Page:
Thinking of moving to Aus with my family, my current position at home is Gas Operations Manager, running large contracts within the domestic gas industry. Could anyone advise how I would go about finding the same or similar lines of work in Aus?
Thank you in advance.
By Guest GollywobblerHi all
I've just lifted the following extract out of the DIAC annual report for 2006/7. Unfortunately, all that it does is to confirm the advice which Alan Collett and other Agents started to give about 7 or 8 months ago.
Here are the Official Words, though, anyway:
All 1000 places available in the non-contributory parent category were filled in 2006-07. The contributory parent migration category came into effect on 27 June 2003 and there were 3500 visas granted in this category in 2006-07.
The category was capped for the first time in June 2006. In 2007-08 there will again be 4500 visa places available – 1000 in the parent category and 3500 in the contributory parent category.
Processing times for the offshore contributory parent category visas did not meet published performance standards through 2006-07. The number of applications received by the Perth Offshore Parents Centre (POPC) have more than doubled in three years (from about 3000 cases in 2005 to more than 7000 cases at June 2007) and the average application rate is 325 cases (525 people) per month. With only 3500 visa places available under the programme, POPC faced a rapidly increasing workload and consequent backlog.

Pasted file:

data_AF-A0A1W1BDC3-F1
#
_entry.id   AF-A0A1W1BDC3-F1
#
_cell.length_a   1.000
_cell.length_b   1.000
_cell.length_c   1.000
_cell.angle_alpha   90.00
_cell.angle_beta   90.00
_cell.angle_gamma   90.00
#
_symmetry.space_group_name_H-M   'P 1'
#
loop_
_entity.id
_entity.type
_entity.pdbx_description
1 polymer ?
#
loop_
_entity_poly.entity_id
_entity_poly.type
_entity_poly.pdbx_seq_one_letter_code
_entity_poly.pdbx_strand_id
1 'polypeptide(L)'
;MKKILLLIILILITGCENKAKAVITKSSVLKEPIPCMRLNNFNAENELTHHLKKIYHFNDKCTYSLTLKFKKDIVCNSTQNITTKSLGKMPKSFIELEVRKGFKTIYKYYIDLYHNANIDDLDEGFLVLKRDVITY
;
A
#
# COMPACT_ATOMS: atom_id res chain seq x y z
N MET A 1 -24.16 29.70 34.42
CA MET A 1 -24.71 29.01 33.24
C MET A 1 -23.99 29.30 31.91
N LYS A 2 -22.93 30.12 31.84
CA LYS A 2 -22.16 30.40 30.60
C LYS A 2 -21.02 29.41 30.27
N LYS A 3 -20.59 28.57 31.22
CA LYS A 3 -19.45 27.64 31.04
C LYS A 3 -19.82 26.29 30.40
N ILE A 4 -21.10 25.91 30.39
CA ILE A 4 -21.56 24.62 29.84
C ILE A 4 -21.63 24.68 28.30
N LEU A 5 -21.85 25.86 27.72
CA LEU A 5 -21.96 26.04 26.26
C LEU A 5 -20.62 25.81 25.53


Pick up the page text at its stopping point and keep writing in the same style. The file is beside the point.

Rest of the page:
The department responded to this situation by putting in place a number of revised management practices to ensure smarter processing, including restructuring POPC and introducing streamlined processing methods to improve productivity and efficiency.
The expected gains did not show immediately and it will take some time for these measures to take effect and catch up with on-hand applications.
I presume that bundling Parent and CPV applicants into the backlog at the LCU is part of the new "streamlined processing methods". :no:
By Alan CollettMusing on why the Australian Government now appears to preference general skilled visas (subclasses 189, 190, 489) over the permanent employer sponsored visas (subclasses 186 and 187).
The former do not have a guarantee of employment in Australia, and often have difficulty securing a position in their skilled occupation.
The latter are already working in Australia, and are paying income tax.
Surely the better outcome for Australia is a skilled migrant who is employed and is paying tax?
Is it simply that Government can't prosecute the case adequately with the Australian people?
Or are we going to see a scaling back in the general skilled visa program in the next few weeks (eg a raised points threshold)?
We live in relatively uncertain times.